You can plan for Christmas as much as you like: start shopping in the January sales (I didn’t); be efficient enough to book a slot for a Christmas delivery for your big supermarket shop (nope. Me neither.); and festoon your house with as many lights, wreaths and homemade decorations as you can (well, I managed a tree and I call that success); but you can’t control everything, can you?
Despite the excitement of the big day, the kids (and let’s face it – the rest of us too) are tired and grumpy after a long, arduous term and arguments and irritability are bubbling under the surface ready to wreak havoc just at the moment when we are trying to capture some of that Christmas magic.
And illness. You can’t legislate for that one. What silly fool decided that winter was a good time to celebrate our most beloved festival? Sure the streets look beautiful lit up in the darkness of a winter evening and Bing Crosby’s dream of a white Christmas is a very tantalising one, but I think those Antipodeans maybe on to something. It may be strange to consider frolicking in the sunshine before tucking into the turkey (or nut roast in my case), but it certainly cuts the chances of a winter cold scuppering our fun by at least half!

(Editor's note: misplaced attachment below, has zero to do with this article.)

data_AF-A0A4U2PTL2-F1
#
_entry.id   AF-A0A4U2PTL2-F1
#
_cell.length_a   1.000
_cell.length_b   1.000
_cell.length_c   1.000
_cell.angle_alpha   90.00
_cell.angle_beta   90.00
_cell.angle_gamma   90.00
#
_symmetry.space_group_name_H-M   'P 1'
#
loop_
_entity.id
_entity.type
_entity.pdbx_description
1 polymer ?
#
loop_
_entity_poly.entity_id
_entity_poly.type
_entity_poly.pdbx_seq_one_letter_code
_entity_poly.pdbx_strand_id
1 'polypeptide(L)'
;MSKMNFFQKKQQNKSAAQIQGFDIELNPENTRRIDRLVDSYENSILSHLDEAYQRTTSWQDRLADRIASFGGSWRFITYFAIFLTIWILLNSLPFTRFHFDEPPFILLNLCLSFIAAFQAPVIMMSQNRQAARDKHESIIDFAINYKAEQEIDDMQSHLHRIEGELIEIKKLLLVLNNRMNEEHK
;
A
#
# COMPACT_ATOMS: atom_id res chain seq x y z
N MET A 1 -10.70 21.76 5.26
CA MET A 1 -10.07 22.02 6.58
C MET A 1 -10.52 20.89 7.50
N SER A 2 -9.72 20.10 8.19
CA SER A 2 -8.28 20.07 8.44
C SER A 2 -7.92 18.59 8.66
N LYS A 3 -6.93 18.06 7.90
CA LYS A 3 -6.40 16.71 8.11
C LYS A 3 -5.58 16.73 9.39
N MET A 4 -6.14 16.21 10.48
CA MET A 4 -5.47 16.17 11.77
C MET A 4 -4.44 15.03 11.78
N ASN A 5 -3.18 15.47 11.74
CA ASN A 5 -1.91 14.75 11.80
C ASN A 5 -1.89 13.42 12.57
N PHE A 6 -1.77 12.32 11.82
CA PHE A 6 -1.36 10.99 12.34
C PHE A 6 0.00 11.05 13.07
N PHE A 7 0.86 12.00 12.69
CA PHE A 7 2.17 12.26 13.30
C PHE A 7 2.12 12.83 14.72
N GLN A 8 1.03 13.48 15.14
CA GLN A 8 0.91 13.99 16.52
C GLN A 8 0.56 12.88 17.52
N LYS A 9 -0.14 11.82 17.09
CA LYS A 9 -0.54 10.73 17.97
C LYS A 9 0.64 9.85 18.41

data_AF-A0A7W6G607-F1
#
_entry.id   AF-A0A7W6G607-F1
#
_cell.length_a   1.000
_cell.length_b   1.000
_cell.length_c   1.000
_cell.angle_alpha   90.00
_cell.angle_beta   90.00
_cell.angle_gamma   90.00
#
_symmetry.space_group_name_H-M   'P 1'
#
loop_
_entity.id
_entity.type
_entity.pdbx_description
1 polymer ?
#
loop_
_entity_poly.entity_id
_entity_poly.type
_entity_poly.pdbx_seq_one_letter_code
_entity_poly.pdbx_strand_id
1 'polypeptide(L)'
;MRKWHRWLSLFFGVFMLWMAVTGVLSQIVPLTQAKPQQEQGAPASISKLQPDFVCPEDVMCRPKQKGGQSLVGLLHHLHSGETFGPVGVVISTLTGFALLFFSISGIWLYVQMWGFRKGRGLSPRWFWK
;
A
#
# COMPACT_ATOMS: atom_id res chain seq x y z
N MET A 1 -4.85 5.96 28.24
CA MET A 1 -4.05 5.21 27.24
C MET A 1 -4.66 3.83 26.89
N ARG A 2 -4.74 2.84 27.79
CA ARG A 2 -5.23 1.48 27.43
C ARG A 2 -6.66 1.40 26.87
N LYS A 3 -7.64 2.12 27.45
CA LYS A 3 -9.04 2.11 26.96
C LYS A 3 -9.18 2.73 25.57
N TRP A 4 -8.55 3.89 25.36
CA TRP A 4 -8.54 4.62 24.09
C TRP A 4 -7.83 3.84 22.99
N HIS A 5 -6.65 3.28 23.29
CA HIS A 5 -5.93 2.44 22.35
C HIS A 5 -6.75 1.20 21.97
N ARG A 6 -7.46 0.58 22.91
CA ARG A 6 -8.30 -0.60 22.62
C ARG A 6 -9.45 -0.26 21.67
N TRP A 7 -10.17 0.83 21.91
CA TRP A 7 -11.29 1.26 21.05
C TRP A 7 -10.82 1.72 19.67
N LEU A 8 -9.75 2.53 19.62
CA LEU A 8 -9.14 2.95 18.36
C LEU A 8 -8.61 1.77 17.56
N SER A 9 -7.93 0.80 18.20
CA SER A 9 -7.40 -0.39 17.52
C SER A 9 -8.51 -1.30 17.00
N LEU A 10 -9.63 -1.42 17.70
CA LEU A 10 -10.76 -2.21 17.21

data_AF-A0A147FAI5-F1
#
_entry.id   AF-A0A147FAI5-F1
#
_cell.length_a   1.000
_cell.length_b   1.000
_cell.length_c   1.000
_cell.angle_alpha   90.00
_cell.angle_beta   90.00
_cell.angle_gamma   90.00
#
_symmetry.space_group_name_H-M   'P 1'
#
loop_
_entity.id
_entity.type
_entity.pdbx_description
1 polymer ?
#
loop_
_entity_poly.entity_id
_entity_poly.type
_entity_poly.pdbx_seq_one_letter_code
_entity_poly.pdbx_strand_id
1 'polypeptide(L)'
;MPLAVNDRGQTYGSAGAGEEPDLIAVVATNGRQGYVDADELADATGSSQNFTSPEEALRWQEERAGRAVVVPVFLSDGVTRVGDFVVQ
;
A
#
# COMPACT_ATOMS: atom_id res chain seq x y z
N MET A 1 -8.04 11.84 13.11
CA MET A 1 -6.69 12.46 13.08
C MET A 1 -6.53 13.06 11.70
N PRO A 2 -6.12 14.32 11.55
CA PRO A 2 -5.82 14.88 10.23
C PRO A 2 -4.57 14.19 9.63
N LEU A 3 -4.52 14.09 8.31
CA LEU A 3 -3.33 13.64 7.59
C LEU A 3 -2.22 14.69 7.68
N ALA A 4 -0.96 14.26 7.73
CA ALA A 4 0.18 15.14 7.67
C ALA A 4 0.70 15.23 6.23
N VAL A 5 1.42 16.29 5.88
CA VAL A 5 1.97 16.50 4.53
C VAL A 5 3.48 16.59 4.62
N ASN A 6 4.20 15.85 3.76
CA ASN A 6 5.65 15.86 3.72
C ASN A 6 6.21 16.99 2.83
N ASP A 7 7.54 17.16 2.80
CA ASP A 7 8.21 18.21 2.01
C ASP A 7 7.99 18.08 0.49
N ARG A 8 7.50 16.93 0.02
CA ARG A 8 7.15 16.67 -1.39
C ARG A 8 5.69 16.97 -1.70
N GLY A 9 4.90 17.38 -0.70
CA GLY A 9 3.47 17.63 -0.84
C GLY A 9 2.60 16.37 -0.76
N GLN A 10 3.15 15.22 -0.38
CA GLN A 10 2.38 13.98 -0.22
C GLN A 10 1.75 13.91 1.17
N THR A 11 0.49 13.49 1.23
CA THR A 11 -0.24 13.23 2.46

I have just finished watching Brave with my youngest (at 11.30pm) after she was up once again with a temperature of 104. We sat under a blanket taking it in turns to sneeze, surrounded by bottles of Calpol and boxes of Lemsip….some Christmas celebration this is looking to be!
But oddly enough, whilst I am annoyed that things may not be turning out quite as planned (even my poor planning did not include sit around feeling decidedly rough without even a desire to work my way through the tin of Celebrations), it still feels like Christmas.
Maybe I am being fanciful – goodness knows there are enough terrible things happening in the world at the run up to this Christmas period to make anyone wonder whether there is really anything to celebrate – but those tiny moments in the busy Christmas preparations: the Salvation Army band playing in town; sitting with a mug of mulled wine to wrap that pile of presents; listening to Fairytale of New York yet again and hearing the melancholy beauty in the lyrics – those moments make it magical. Illness, bad temper, even terrible, sad news in the wider world – all this can be forgotten in those brief moments of joy and beauty.
Christmas is coming folks, and I wish you all a very merry one. Be happy and surround yourself with loved ones and you can’t go far wrong.